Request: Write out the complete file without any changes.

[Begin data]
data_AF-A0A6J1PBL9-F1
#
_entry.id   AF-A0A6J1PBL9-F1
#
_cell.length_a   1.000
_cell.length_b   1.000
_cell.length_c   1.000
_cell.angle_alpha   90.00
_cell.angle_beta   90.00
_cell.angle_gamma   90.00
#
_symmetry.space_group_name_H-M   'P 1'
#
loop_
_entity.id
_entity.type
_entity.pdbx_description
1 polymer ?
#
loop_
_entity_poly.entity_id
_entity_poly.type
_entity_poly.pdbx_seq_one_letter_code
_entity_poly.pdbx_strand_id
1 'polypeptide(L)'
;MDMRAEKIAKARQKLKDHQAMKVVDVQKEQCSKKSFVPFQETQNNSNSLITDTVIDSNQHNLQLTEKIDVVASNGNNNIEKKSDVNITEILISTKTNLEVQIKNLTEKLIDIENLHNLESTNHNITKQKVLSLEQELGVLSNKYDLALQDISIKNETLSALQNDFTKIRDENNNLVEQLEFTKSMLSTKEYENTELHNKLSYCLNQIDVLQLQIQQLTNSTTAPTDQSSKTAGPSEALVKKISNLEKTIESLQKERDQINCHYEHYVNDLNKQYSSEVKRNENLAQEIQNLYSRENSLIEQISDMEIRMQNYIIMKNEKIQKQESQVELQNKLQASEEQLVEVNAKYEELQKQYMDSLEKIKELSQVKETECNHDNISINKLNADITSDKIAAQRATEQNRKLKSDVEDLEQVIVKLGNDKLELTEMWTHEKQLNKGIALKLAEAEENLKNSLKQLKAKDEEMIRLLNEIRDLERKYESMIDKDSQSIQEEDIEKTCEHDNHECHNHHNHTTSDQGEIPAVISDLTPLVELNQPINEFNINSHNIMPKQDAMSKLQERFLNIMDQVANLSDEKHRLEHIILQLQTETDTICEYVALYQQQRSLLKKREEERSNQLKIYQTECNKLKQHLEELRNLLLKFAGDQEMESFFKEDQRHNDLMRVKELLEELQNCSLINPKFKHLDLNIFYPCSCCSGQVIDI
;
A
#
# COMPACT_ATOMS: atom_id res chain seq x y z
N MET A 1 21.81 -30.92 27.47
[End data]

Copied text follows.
data_AF-A0A6J1PBL9-F1
#
_entry.id   AF-A0A6J1PBL9-F1
#
_cell.length_a   1.000
_cell.length_b   1.000
_cell.length_c   1.000
_cell.angle_alpha   90.00
_cell.angle_beta   90.00
_cell.angle_gamma   90.00
#
_symmetry.space_group_name_H-M   'P 1'
#
loop_
_entity.id
_entity.type
_entity.pdbx_description
1 polymer ?
#
loop_
_entity_poly.entity_id
_entity_poly.type
_entity_poly.pdbx_seq_one_letter_code
_entity_poly.pdbx_strand_id
1 'polypeptide(L)'
;MDMRAEKIAKARQKLKDHQAMKVVDVQKEQCSKKSFVPFQETQNNSNSLITDTVIDSNQHNLQLTEKIDVVASNGNNNIEKKSDVNITEILISTKTNLEVQIKNLTEKLIDIENLHNLESTNHNITKQKVLSLEQELGVLSNKYDLALQDISIKNETLSALQNDFTKIRDENNNLVEQLEFTKSMLSTKEYENTELHNKLSYCLNQIDVLQLQIQQLTNSTTAPTDQSSKTAGPSEALVKKISNLEKTIESLQKERDQINCHYEHYVNDLNKQYSSEVKRNENLAQEIQNLYSRENSLIEQISDMEIRMQNYIIMKNEKIQKQESQVELQNKLQASEEQLVEVNAKYEELQKQYMDSLEKIKELSQVKETECNHDNISINKLNADITSDKIAAQRATEQNRKLKSDVEDLEQVIVKLGNDKLELTEMWTHEKQLNKGIALKLAEAEENLKNSLKQLKAKDEEMIRLLNEIRDLERKYESMIDKDSQSIQEEDIEKTCEHDNHECHNHHNHTTSDQGEIPAVISDLTPLVELNQPINEFNINSHNIMPKQDAMSKLQERFLNIMDQVANLSDEKHRLEHIILQLQTETDTICEYVALYQQQRSLLKKREEERSNQLKIYQTECNKLKQHLEELRNLLLKFAGDQEMESFFKEDQRHNDLMRVKELLEELQNCSLINPKFKHLDLNIFYPCSCCSGQVIDI
;
A
#
# COMPACT_ATOMS: atom_id res chain seq x y z
N MET A 1 21.81 -30.92 27.47